Photos ©2002 Marco Bleeker
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Crab Apple - Malus sylvestris
Family - Rosaceae
known in Ireland as - Cran fia–uill
Familiar small thorny deciduous hedgerow tree or bush growing to 10m (32ft) and found in most of the British Isles except Northern Scotland. Common in Oak woods and hedges. Young branches can be hairy or woolly, leaves oval and pointed having finely serrulate edges. Flowers of five pink–white petals appear May to June ripening to small green fruit in late summer, that are extremely sour but make good jelly by themselves or with Blackberries (Bramble) or Rowan berries. Crab Apple wine is reported to be potent.
Hard close grained wood used for wood carving, inlays, mallets and screws. Good firewood with pleasant aroma. Orchard Apples are derived from M. sylvestris and other species. Cultivated varieties M. x domestica do not have spiny branches but do have hairy leaves on the underside. They may have been an ancient hybrid form.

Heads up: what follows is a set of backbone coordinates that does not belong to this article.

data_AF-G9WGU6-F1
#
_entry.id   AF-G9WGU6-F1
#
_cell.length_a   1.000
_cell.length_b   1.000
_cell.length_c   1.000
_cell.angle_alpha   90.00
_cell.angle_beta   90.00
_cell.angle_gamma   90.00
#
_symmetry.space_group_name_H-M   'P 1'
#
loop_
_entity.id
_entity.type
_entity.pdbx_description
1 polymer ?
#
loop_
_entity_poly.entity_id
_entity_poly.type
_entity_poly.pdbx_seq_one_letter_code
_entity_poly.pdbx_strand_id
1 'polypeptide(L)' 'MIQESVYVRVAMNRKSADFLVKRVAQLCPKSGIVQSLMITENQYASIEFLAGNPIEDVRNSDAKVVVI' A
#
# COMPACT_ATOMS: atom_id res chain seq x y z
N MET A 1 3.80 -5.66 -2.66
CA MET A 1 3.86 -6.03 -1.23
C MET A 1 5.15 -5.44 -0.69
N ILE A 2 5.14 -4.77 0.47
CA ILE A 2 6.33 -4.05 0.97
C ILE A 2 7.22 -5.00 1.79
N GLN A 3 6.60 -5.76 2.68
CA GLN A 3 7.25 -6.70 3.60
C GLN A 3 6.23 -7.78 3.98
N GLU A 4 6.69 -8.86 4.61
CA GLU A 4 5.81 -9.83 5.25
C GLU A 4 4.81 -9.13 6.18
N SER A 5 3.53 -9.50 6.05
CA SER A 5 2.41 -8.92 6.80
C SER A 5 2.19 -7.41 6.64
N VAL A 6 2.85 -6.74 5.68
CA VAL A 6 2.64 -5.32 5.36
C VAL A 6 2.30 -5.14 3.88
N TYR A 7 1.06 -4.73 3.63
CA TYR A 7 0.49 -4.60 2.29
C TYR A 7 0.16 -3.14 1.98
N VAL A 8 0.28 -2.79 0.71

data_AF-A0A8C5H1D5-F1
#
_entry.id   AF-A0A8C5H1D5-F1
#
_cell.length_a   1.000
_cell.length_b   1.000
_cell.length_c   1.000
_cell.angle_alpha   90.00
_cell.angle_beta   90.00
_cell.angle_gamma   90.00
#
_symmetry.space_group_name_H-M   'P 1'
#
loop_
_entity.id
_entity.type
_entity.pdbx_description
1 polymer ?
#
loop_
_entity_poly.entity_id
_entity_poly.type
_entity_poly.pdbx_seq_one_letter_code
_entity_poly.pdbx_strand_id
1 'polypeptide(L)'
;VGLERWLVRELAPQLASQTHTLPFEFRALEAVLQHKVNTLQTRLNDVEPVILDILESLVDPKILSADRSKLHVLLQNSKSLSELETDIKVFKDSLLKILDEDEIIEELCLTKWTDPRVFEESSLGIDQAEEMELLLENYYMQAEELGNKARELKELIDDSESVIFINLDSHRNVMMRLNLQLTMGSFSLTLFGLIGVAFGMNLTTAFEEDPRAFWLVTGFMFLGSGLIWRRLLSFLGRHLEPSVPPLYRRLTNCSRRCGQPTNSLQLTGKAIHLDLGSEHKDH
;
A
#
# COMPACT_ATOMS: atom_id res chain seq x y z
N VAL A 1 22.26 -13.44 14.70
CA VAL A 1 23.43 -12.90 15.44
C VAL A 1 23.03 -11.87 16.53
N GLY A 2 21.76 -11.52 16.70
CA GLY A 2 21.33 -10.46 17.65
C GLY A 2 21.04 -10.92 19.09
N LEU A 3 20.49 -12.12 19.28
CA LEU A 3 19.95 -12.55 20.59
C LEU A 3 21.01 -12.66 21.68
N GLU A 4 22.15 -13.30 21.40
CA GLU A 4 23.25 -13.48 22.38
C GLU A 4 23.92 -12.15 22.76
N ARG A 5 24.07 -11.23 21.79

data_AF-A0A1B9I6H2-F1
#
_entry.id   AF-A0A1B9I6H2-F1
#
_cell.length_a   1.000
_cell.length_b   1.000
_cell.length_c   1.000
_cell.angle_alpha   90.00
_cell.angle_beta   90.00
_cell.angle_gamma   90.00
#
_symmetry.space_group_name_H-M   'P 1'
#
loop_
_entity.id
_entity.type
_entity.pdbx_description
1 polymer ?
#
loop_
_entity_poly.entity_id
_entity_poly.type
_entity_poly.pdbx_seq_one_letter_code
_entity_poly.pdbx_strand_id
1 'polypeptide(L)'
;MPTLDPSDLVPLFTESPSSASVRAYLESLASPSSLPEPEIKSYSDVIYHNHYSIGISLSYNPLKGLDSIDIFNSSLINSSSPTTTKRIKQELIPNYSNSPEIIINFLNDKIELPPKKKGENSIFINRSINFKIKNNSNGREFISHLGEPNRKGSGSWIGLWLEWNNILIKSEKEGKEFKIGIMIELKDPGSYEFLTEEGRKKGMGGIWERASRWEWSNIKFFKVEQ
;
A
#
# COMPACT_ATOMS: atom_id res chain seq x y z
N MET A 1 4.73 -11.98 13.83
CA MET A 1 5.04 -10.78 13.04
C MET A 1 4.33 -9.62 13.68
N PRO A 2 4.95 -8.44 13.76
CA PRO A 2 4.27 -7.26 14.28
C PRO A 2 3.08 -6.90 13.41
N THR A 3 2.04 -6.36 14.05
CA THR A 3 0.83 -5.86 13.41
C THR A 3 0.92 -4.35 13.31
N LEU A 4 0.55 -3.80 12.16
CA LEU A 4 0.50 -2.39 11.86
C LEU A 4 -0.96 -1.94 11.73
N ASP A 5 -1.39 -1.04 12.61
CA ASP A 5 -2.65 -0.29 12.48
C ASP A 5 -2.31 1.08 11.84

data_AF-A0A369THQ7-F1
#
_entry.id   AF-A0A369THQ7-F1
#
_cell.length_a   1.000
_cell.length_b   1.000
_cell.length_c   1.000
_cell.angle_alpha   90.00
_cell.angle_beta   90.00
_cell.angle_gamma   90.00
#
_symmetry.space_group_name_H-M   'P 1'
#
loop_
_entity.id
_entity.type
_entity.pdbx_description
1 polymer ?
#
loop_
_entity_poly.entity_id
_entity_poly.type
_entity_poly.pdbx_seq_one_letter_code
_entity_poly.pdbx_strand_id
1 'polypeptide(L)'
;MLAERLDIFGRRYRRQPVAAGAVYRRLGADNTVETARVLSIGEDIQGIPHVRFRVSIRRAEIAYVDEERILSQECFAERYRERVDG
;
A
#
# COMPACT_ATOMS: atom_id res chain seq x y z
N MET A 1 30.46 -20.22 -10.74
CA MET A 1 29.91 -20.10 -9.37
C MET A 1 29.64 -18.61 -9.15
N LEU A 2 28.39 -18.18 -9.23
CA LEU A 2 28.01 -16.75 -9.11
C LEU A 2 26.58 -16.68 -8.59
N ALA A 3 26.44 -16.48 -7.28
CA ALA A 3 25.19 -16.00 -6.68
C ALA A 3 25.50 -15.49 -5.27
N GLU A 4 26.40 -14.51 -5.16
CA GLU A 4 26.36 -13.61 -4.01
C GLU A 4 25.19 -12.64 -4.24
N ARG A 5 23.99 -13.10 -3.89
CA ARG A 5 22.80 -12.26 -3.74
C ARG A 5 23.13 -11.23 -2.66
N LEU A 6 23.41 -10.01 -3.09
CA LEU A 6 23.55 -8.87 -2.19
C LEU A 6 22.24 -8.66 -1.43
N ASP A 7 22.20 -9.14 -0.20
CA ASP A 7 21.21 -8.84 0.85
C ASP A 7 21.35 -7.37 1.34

The seeds of all Apples are toxic. The seeds contain the chemical Amygdalin which is a cyanide based compound which decomposes to produce the poison Hydrogen Cyanide.
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